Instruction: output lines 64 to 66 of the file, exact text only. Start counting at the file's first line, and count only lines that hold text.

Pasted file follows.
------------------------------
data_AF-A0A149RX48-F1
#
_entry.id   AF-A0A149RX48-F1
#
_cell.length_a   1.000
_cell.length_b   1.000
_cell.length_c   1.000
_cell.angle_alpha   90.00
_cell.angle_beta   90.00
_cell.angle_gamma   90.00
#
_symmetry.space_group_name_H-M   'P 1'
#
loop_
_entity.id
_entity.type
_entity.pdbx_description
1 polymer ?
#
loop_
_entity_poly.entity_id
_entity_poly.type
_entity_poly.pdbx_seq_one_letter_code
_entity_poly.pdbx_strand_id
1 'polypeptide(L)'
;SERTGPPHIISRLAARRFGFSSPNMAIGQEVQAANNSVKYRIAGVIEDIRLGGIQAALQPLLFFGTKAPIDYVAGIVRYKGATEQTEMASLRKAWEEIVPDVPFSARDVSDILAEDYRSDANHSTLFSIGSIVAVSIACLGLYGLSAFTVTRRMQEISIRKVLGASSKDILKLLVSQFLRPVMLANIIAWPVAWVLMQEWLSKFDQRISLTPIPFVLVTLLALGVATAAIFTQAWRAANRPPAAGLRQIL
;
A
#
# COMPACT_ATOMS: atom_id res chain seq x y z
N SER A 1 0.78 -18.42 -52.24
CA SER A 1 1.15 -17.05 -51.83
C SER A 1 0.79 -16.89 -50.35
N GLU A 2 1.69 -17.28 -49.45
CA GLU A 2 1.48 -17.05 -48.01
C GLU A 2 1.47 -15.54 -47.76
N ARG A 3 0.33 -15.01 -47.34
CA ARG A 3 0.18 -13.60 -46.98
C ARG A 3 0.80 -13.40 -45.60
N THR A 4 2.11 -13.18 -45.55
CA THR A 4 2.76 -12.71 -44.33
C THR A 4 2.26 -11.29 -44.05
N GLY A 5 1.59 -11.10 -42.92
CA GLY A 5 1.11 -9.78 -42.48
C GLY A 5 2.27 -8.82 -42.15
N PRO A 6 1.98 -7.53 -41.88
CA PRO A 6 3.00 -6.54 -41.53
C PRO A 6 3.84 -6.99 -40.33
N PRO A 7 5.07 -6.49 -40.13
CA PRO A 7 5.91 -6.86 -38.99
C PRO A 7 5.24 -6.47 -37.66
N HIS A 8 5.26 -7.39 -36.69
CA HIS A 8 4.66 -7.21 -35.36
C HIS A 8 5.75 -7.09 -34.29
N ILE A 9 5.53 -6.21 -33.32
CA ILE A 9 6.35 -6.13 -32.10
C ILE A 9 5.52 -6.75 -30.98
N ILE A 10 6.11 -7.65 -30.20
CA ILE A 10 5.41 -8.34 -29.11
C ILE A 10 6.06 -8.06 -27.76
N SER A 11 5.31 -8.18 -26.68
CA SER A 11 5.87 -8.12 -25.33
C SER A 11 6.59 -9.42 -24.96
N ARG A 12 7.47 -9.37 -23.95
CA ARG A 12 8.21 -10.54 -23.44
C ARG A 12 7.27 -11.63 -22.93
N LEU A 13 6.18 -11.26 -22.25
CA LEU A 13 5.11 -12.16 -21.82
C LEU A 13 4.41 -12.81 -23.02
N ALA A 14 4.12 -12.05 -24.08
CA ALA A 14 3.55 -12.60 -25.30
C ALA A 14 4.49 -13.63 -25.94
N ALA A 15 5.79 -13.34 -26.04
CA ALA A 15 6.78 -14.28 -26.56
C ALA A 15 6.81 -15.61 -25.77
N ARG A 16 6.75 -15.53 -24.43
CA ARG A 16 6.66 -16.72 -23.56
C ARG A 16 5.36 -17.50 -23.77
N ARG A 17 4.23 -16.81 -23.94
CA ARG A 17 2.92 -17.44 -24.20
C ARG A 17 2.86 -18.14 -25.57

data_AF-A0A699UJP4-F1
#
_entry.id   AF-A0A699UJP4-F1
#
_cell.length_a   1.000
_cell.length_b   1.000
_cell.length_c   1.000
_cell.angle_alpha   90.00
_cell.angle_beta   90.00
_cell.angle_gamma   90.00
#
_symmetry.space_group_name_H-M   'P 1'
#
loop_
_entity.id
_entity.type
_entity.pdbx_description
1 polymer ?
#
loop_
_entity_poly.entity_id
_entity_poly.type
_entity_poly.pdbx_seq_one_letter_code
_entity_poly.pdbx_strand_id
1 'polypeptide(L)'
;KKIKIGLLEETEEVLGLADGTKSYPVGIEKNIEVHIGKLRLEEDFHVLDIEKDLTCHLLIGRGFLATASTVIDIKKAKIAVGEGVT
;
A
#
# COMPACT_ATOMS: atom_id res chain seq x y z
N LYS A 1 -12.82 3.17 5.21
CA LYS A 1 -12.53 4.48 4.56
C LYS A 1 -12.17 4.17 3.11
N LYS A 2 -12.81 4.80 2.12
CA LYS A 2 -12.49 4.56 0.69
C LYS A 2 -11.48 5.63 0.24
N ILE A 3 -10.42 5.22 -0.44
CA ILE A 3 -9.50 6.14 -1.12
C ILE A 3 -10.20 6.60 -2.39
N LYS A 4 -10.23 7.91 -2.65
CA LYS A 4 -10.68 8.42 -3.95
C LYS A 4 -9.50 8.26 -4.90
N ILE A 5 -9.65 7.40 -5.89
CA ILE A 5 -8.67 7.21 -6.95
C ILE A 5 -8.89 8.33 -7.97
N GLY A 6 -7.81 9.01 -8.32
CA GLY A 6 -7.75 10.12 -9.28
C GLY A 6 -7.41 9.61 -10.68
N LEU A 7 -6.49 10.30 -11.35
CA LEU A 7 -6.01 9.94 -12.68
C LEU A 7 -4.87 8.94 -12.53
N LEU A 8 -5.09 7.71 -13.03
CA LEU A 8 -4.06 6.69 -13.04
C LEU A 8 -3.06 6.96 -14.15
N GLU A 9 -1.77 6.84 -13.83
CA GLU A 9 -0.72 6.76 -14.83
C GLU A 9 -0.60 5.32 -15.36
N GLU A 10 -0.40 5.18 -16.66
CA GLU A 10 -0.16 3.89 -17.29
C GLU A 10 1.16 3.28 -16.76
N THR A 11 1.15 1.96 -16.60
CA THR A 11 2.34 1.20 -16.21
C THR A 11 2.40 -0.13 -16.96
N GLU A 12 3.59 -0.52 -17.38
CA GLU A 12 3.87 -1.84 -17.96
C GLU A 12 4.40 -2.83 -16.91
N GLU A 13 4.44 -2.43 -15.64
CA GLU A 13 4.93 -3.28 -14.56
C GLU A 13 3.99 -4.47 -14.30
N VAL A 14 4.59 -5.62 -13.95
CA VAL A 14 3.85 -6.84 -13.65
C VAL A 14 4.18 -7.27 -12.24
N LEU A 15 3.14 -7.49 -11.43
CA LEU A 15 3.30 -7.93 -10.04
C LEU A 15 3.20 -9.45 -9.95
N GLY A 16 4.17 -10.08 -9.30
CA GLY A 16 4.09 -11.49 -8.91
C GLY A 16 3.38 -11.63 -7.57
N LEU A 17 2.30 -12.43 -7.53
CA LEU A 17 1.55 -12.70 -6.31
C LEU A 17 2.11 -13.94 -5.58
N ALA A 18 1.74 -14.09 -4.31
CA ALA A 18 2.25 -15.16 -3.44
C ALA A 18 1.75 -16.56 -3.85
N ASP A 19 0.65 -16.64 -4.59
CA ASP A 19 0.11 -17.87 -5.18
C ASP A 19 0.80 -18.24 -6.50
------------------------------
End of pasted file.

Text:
N ARG A 12 7.47 -9.37 -23.95
CA ARG A 12 8.21 -10.54 -23.44
C ARG A 12 7.27 -11.63 -22.93